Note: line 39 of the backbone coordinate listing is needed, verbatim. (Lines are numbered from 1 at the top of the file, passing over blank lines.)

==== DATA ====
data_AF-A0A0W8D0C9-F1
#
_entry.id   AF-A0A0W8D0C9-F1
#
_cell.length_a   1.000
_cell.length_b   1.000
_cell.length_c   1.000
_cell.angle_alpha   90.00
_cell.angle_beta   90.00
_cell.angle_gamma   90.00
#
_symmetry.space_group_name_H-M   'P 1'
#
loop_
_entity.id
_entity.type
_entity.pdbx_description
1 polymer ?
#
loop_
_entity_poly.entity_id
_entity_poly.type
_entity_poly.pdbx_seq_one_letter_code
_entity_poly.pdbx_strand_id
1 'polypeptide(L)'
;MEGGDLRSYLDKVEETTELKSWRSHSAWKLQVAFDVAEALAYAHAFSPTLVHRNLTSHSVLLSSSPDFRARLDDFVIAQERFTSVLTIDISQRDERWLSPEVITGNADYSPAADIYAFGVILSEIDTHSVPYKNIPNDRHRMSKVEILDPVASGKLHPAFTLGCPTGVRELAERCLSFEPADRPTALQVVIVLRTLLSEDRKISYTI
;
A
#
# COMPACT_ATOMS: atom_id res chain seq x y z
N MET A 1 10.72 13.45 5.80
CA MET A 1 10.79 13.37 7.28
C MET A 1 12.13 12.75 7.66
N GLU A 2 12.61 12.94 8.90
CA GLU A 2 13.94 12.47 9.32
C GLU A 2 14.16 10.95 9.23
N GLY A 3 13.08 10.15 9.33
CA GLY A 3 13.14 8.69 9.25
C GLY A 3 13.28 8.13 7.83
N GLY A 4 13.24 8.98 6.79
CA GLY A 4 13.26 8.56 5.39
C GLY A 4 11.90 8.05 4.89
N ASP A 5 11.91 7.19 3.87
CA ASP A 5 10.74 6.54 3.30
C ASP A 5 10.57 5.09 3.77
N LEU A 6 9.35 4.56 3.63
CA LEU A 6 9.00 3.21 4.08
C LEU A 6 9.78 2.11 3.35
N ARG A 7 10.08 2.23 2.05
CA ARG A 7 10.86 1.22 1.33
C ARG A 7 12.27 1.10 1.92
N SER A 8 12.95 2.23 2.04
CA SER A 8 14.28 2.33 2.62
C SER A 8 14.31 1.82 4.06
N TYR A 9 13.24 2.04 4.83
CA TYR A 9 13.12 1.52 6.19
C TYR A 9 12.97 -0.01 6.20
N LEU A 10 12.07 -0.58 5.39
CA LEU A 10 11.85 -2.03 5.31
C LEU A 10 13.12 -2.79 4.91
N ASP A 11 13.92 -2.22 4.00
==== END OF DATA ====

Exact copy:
C GLY A 3 13.28 8.13 7.83